Key Scriptural Passages
Romans 14:1-4 (HCSB)
1 Accept anyone who is weak in faith, but don’t argue about doubtful issues. 2 One person believes he may eat anything, but one who is weak eats only vegetables. 3 One who eats must not look down on one who does not eat; and one who does not eat must not criticize one who does, because God has accepted him. 4 Who are you to criticize another’s household slave? Before his own Lord he stands or falls. And stand he will! For the Lord is able to make him stand.
Romans 14:13-20 (HCSB)
13 Therefore, let us no longer criticize one another, but instead decide not to put a stumbling block or pitfall in your brother’s way. 14 (I know and am persuaded by the Lord Jesus that nothing is unclean in itself. Still, to someone who considers a thing to be unclean, to that one it is unclean.) 15 For if your brother is hurt by what you eat, you are no longer walking according to love. By what you eat, do not destroy that one for whom Christ died. 16 Therefore, do not let your good be slandered, 17 for the kingdom of God is not eating and drinking, but righteousness, peace, and joy in the Holy Spirit. 18 Whoever serves the Messiah in this way is acceptable to God and approved by men. 19 So then, we must pursue what promotes peace and what builds up one another. 20 Do not tear down God’s work because of food. Everything is clean, but it is wrong for a man to cause stumbling by what he eats.
Background on Crossroads Position on Alcohol and Leadership Positions:
- We’ve never taken a position that alcohol use is a sin.
- Our prohibition of alcohol use is based on the “stumbling block” principle, feeling that in our particular cultural context, drinking alcohol among Staff, Elders & Deacons could do damage to our witness.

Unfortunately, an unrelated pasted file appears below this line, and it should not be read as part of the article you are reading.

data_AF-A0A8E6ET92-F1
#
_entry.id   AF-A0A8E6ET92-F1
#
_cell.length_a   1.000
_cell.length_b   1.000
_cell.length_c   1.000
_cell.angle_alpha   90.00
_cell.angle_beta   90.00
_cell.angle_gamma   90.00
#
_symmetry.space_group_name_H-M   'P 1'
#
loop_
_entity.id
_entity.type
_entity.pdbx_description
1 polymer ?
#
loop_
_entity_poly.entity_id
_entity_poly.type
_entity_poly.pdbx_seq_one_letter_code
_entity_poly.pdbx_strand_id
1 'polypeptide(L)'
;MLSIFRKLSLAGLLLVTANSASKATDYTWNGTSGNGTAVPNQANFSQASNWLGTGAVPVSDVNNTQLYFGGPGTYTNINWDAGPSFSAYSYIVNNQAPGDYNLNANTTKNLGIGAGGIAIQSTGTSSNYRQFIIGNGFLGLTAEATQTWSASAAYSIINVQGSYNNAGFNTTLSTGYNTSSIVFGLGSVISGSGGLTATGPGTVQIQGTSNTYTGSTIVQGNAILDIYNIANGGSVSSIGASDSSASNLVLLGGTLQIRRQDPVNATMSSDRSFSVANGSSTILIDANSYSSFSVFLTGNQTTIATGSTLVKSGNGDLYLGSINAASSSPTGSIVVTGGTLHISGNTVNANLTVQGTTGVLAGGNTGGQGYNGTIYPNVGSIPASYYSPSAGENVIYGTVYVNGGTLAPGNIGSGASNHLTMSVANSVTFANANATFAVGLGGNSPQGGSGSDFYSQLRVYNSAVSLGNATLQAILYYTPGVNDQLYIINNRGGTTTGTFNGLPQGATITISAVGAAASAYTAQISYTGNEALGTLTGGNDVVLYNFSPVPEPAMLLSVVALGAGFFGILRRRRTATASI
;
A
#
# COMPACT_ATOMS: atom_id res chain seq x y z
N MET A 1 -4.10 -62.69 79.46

- It fits with the historical precedent in the Bible of giving up alcohol when called by God to a special task.
- I (Ken) feel a special responsibility to the many in our church and community who are struggling to overcome alcohol and substance addictions. I want my life and those of our top leaders to encourage people to be free of the control of substances, not give them thoughts of the use of those substances being a viable option.
- Have we singled out alcohol for attention while ignoring other areas of abuse? Yes.
- If the argument against a prohibition on alcohol for top leaders is based on the fact that there is no direct scriptural basis for the prohibition, we should note that there are several other requirements adopted that are also “man-made” standards:
Practical & Church Qualifications:
· A church member (12 months for deacons/24 months for elders)
· Take Class 101
· Sign the church covenant
· An active leader (12 months of teaching for Elders/
6 months of service for Deacons)
· Supportive of the church in time, giving (Be a Tither), & attitude
· Agreement to total abstinence from alcohol
· Minimum of 3 nominations for deacon candidates and 5 nominations for elder candidates
· In agreement with and willing to live by the Crossroads Church Beliefs, Vision, Covenant, Purpose & Strategy Statements